In traditional China, there is a common paean: "A book holds a house of gold, a book holds a fair lady". To be more traditionally Western, many would claim that “I read, therefore I am.” For this project, the owner is a professor. He is also an avid. Reflecting the importance of books in both his professional and personal life, we placed books at the center of the design concept for the house. We want to build a scholarly but comfortable atmosphere. The core colors of reading, black, gray and white, dominate the design, while natural wood colors harken back to traditional libraries while hinting at scrolls and book covers. Book lovers talk about the smell of a new book, about the excitement that comes from creasing the book to protect the binding. The eagerness and promise of the coming read. Knowing how intimately bibliophiles examine books, the design incorporates all of the aspects of the physical object. The core shape, a rectangle, can be found repeatedly. The spine of the book, the foundation of the structure, can be found in the chandelier for the eating space. Books are not only 90 degree angles – they contain curves as well. The curves and arches in this space are the same as found in an open book. Open a book, and you are drawn into the pages found there. As you turn the pages, you see different angles as light is refracted. The paper page can be found throughout the design. Light through the windows streams through as if through paper. The translucent screens recreate this effect as do the lamps and different layers of light in the master bedroom. The side of the chandelier and the curtains both reflect the look of a closed book. Paper, of course, can be folded. This usage of paper to create art is traditional in Asian culture. To create modern feeling furniture, while maintaining the book theme, we used shapes that felt like folded paper. The television stand, the dining table, the coffee table legs and many other aspects of the furniture use this design approach.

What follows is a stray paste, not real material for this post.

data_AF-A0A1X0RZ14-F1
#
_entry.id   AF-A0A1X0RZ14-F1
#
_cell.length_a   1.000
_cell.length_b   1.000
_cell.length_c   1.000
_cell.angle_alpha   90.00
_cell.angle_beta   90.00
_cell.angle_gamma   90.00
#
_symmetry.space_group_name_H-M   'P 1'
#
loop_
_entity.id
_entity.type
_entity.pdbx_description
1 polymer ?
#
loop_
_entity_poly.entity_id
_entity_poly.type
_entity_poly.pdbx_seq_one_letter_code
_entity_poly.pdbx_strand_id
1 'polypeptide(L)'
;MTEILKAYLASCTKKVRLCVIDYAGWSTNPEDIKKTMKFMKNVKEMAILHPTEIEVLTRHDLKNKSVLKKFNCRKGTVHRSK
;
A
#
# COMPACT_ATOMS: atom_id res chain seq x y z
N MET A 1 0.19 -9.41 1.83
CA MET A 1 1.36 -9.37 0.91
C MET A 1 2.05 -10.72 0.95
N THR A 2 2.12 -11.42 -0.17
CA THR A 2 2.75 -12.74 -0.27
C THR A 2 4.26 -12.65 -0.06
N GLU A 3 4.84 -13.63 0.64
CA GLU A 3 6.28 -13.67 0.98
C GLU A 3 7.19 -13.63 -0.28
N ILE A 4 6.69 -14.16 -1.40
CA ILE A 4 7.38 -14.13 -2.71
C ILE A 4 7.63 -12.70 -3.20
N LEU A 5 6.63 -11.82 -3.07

Eco Natural X Contemporary Art X Humanities Fashion Design focused on the overlap between "sight, touch, hearing, taste, and smell" ─the five senses of life. Ryan Kuo’s designs have won many international awards such as the Andrew Martin International Interior Design Award; Golden Award from France IDS•La Créativité Pierre International Green Space Category; Golden Award from US IDA International Design Awards of INTERIOR DESIGN-RESIDENTIAL (the first designer from Taiwan to win this prize); the Germery IF Design Award; The American Architecture Prize Winner;The Itality A’ Design Award.